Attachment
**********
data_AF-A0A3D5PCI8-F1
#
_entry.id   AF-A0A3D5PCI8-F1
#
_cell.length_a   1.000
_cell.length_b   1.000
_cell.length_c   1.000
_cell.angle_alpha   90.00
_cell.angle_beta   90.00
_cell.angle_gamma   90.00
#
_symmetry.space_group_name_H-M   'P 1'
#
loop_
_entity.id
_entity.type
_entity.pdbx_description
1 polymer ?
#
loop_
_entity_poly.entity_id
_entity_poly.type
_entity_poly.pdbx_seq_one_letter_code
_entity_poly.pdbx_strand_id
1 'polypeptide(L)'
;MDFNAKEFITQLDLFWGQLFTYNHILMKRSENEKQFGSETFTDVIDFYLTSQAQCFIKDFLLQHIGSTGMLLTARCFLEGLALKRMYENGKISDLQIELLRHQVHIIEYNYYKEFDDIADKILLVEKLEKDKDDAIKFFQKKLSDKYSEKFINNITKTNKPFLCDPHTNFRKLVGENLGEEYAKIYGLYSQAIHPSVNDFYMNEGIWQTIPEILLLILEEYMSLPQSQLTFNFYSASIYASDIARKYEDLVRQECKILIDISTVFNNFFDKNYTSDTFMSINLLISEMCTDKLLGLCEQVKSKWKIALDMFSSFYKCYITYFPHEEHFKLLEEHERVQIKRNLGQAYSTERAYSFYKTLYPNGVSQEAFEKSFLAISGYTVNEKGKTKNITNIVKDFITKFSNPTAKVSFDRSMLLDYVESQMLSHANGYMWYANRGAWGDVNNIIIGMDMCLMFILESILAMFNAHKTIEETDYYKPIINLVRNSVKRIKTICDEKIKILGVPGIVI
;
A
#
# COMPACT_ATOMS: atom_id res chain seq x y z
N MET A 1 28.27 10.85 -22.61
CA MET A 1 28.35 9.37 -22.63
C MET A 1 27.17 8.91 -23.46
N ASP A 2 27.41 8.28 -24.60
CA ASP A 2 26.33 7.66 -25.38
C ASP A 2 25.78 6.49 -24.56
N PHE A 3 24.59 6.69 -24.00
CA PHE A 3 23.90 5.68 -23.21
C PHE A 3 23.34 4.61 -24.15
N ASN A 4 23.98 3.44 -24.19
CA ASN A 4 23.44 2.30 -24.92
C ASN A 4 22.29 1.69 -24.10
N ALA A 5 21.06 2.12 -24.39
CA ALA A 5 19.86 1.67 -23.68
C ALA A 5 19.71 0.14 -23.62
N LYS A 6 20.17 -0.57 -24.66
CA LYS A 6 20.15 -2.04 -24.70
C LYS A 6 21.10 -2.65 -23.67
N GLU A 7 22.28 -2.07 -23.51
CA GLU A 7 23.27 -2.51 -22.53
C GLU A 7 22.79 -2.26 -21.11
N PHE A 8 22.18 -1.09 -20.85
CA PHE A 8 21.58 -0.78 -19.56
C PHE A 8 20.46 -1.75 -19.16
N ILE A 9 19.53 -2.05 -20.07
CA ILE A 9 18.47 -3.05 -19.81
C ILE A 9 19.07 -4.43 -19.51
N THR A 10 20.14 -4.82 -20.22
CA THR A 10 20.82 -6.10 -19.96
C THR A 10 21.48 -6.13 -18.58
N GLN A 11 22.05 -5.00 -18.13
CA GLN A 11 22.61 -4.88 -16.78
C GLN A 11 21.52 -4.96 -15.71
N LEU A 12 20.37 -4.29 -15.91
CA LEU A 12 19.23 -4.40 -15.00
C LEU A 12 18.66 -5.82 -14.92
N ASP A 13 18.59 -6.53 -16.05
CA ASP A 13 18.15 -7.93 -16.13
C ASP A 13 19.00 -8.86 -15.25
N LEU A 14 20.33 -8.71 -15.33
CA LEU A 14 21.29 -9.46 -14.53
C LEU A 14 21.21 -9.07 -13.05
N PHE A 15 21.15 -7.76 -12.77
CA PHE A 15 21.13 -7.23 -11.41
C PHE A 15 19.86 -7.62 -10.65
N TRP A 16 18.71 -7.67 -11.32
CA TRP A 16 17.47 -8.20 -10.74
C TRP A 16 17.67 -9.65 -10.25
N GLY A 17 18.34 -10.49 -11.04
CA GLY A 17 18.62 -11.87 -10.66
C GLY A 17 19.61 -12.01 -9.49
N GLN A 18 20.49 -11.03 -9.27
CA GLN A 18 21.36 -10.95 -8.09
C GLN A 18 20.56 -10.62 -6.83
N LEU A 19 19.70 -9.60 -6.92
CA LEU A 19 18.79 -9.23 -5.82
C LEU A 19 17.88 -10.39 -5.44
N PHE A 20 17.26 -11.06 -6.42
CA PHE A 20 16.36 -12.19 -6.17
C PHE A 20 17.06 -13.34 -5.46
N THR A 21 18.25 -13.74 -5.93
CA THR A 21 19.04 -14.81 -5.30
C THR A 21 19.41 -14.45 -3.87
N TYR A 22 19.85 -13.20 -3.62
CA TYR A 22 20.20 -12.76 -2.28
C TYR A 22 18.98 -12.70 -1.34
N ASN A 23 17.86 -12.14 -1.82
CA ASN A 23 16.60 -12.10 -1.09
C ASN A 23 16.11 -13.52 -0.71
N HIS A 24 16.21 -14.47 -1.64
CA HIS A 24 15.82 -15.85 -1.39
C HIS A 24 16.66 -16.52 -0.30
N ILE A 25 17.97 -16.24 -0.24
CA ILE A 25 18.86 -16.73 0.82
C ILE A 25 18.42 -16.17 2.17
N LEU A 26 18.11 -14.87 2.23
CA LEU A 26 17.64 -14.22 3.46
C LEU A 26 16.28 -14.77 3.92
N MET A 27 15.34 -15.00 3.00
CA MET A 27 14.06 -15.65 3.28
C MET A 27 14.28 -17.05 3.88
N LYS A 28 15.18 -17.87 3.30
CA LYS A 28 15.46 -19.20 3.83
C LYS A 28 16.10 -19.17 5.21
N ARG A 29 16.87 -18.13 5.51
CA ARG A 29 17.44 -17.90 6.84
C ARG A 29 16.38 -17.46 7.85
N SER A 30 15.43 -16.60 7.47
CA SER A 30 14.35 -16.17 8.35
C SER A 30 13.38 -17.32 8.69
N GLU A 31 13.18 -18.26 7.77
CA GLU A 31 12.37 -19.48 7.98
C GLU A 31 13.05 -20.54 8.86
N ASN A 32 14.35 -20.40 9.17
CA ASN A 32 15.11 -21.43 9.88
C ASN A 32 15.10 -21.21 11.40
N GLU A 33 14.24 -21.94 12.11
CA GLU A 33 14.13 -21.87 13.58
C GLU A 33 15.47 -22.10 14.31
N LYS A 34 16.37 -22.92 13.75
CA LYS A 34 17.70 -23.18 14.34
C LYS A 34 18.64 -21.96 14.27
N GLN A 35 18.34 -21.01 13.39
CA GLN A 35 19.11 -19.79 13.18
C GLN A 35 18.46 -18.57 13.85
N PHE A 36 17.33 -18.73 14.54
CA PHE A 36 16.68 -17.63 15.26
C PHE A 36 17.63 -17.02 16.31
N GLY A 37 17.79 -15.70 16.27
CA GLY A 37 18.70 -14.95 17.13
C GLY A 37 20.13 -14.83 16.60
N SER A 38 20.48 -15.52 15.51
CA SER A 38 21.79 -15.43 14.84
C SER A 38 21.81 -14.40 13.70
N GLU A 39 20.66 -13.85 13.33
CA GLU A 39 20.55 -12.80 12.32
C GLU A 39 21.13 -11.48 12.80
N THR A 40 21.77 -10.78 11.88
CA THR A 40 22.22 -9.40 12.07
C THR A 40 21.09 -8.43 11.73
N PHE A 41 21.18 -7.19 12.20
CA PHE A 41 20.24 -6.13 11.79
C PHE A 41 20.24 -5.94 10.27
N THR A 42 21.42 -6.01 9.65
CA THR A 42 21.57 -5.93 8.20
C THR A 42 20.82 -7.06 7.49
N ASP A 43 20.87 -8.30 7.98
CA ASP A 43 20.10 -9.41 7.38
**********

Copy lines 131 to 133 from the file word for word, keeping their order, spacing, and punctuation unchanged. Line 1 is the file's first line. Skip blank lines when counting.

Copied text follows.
CA LYS A 34 17.70 -23.18 14.34
C LYS A 34 18.64 -21.96 14.27
N GLN A 35 18.34 -21.01 13.39